Seeking to understand himself, he asks whether he is Love—that is, Eros, the nocturnal lover—or Phoebus, the Greek god of light and poetry. Is he Biron or Lusignan? Biron is a French hero immortalized in song. According to legend, Lusignan was a lord who had married the fairy Melusina. Melusina had a human form every day except Saturday and had forbidden her lover to come to see her on that day. Lusignan disobeyed, and she left him, to his despair. The poet is asking: Am I truly a poet or a lover? If I am a lover, am I a happy lover like Biron or an unhappy lover of fairies like Lusignan? He concludes that he is Love, not Phoebus, and is Lusignan, not Biron.

The kiss of the queen may be one he received as a child from Adrienne, or it may be a reference to the biblical Queen of Sheba, who seemed to haunt Nerval. His two crossings of the Acheron, the river between life and death, almost surely represent his two worst spells of madness. As Orpheus returned from the underworld playing the lyre, so Nerval found again his poetic talent in his delirium. Both triumphs, however, were short-lived.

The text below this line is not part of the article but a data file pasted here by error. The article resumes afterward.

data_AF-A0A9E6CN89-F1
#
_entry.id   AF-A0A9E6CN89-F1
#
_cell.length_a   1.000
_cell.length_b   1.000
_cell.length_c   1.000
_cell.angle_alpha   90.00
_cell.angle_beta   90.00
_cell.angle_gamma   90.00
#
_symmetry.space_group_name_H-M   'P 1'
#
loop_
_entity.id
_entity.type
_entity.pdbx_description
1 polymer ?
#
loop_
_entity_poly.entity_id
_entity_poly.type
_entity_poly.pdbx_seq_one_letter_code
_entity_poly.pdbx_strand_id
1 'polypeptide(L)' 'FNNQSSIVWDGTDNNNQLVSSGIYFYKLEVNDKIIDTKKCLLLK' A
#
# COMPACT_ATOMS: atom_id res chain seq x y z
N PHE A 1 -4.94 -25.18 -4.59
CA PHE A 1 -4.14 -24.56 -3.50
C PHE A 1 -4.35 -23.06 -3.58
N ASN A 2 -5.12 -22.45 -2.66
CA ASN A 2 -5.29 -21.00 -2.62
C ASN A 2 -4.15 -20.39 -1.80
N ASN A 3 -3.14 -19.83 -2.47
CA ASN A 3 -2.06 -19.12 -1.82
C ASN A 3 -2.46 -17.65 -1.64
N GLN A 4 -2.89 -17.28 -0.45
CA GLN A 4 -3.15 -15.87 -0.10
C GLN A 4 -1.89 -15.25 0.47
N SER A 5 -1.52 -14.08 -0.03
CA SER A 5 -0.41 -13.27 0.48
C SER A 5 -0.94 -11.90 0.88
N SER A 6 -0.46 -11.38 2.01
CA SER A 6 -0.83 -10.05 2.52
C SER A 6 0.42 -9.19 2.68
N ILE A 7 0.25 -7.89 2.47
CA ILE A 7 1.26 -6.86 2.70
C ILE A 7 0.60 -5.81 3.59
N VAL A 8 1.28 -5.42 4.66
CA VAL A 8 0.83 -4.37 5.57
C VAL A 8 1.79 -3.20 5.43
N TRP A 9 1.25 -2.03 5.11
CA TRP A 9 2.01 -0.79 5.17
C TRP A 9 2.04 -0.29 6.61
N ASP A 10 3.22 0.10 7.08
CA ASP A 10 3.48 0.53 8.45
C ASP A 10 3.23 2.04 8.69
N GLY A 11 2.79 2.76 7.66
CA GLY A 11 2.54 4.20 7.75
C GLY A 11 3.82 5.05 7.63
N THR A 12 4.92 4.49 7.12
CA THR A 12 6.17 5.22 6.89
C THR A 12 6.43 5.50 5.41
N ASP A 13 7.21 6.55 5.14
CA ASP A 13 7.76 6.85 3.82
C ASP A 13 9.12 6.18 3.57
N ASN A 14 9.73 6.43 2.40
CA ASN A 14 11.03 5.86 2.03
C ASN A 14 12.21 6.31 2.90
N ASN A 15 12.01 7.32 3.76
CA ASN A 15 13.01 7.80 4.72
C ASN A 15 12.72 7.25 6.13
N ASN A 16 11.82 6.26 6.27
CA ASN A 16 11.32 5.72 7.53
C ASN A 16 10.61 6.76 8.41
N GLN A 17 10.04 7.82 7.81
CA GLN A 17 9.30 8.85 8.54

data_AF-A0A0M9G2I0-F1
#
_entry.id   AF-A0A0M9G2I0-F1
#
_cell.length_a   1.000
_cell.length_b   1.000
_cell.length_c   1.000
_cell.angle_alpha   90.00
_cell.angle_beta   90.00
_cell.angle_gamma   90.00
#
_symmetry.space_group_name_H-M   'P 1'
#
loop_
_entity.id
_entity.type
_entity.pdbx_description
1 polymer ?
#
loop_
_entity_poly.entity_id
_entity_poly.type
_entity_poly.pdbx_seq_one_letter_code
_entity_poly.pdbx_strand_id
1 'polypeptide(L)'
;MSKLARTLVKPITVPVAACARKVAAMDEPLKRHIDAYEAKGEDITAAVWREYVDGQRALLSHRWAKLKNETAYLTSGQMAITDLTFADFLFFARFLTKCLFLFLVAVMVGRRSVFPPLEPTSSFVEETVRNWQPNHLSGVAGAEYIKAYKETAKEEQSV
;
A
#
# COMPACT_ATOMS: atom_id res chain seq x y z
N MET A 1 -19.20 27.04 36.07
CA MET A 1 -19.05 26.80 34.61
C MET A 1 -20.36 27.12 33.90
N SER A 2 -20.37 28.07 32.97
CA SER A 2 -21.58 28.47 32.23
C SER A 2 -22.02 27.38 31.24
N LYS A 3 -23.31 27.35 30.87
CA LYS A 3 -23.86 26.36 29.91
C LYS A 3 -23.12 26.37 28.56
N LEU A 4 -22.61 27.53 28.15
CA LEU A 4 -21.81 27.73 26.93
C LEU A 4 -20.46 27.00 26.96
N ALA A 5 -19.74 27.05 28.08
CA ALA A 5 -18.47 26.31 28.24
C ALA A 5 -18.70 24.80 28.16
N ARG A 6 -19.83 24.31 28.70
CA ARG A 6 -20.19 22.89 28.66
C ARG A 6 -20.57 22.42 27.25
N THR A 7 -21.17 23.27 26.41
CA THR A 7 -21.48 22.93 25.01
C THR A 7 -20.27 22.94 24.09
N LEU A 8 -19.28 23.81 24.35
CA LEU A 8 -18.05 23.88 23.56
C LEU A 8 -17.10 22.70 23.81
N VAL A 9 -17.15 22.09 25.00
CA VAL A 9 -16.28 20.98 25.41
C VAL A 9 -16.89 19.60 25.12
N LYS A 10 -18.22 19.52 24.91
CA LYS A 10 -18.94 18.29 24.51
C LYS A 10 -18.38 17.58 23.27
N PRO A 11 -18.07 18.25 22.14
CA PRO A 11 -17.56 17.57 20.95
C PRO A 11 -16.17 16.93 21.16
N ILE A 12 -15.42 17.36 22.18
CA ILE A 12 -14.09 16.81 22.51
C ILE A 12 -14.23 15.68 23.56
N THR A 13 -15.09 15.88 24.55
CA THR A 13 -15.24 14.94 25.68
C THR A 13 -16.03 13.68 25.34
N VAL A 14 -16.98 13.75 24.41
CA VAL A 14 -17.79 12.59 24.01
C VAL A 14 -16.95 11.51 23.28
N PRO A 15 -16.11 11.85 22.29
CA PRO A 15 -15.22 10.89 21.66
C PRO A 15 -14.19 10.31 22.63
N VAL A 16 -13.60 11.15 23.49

Forms and Devices

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The French original of this sonnet is completely traditional in form: fourteen lines of twelve syllables each, arranged in two quatrains followed by two tercets. The rhyme scheme is also traditional, and each line, with two exceptions, is complete in itself. This rigidity presents a tremendous problem to the translator.

Nerval is considered a precursor of the Symbolists because he bound his images chiefly by the dreamlike quality of his musical fancy, and because, like them, he avoided concreteness and clarity, relying instead on imagination and suggestion.

(This entire section contains 447 words.)

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Nerval is considered a precursor of the Symbolists because he bound his images chiefly by the dreamlike quality of his musical fancy, and because, like them, he avoided concreteness and clarity, relying instead on imagination and suggestion.